Thursday, April 9, 2009


The size of a set is called its cardinality. It's clear when two finite sets have the same cardinality, they have the same number of elements. What do we mean when we say to infinite sets have the same cardinality?

For example, is the set of even integers {..., -4, -2, 0, 2, 4, ...} smaller than the set of all integers {...,-4,-3,-2,-1,0,1,2,3,4,....} ?

Our intuition says that removing an element from a set makes the set smaller, so removing an infinite number of elements should make it a lot smaller. That intuition is wrong though.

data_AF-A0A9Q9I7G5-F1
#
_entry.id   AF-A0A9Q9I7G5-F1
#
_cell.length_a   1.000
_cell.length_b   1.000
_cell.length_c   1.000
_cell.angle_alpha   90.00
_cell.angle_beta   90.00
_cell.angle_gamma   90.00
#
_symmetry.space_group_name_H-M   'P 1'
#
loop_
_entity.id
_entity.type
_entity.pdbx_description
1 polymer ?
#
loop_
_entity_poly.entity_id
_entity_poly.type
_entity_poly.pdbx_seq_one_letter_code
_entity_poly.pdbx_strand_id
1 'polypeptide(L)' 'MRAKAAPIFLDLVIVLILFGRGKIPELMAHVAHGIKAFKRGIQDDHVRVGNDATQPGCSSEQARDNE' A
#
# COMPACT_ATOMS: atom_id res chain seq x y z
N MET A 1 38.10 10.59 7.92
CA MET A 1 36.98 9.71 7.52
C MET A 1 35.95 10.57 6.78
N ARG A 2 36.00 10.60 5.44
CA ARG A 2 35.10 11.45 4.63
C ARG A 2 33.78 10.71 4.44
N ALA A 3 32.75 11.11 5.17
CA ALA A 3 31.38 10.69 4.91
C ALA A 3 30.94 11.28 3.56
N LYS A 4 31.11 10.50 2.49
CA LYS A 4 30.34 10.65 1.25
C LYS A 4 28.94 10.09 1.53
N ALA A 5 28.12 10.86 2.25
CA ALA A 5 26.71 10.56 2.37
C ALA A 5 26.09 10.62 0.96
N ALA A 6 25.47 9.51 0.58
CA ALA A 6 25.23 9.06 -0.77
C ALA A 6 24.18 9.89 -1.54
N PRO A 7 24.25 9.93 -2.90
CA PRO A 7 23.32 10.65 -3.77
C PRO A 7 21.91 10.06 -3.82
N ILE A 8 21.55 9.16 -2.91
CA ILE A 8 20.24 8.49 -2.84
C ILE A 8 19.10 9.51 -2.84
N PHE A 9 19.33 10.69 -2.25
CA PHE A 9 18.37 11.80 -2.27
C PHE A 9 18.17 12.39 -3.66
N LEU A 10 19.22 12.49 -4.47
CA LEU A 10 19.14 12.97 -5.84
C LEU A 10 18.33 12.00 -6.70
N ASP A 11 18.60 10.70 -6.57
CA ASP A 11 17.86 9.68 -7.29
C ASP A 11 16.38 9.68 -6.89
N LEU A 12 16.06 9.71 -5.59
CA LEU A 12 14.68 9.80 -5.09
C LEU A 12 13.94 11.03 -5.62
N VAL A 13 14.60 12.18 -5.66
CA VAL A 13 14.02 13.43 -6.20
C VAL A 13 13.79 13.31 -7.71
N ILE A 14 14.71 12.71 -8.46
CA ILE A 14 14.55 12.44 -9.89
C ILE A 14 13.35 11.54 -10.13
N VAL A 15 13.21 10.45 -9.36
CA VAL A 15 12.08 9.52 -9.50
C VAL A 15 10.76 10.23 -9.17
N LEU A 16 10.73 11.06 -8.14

We say that two sets have the same cardinality if we can make a 1-to-1 correspondence between them. A 1-to-1 correspondance between A and B is a pairing of elements of A and B where every element of A is in exactly one pair, and every element B is in exactly one pair.

Here's a 1-to-1 correspondence between the integers and the even integers: k pairs with 2k. Every integer is on the left side (the k's) and every even integer is on the right side (the 2k's).

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I'm research faculty at MIT, and Chief Architect at Tokutek.